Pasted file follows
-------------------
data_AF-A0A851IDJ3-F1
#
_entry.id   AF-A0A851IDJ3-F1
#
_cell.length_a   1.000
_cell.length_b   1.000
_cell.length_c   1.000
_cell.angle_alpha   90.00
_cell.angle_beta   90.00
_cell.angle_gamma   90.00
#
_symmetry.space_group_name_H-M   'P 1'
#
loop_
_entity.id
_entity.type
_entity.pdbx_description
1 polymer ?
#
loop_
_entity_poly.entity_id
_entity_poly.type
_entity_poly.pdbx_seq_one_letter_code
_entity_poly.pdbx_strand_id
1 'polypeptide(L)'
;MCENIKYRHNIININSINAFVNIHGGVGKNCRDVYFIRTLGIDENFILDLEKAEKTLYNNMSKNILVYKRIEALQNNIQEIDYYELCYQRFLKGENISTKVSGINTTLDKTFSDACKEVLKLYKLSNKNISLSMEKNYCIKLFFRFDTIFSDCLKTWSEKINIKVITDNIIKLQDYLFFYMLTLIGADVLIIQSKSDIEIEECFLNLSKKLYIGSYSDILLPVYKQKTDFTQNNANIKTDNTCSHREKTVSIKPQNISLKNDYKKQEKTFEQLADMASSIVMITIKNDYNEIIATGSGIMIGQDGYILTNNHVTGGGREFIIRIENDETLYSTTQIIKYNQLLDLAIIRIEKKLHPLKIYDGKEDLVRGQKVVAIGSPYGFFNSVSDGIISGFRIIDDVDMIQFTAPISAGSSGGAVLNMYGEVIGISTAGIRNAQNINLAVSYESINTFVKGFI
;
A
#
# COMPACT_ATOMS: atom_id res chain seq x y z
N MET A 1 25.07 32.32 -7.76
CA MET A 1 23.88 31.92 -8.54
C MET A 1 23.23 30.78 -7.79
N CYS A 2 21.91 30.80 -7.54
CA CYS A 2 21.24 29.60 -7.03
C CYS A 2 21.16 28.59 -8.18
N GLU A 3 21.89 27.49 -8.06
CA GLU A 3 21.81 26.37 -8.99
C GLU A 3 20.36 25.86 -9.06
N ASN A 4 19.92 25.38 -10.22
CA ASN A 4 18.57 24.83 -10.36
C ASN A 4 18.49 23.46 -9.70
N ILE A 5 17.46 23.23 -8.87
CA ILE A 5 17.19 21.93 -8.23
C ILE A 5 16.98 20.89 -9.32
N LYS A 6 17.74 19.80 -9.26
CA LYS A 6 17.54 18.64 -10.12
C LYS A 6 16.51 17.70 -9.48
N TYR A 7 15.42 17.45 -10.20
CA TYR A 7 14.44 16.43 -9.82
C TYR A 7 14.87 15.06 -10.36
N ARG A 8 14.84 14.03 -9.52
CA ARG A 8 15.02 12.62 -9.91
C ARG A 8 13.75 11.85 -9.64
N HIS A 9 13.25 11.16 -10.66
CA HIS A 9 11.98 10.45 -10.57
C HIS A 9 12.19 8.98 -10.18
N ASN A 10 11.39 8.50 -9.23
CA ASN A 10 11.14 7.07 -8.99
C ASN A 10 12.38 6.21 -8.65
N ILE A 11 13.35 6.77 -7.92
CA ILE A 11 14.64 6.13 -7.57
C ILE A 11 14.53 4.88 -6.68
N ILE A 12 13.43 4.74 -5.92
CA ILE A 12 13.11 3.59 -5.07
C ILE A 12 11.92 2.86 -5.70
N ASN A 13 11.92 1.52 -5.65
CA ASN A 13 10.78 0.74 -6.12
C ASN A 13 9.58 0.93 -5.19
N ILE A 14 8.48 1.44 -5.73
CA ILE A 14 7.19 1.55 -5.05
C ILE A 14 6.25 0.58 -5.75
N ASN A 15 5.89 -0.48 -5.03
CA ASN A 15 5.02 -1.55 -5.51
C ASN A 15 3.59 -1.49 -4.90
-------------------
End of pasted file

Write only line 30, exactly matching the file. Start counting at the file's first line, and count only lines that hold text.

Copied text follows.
# COMPACT_ATOMS: atom_id res chain seq x y z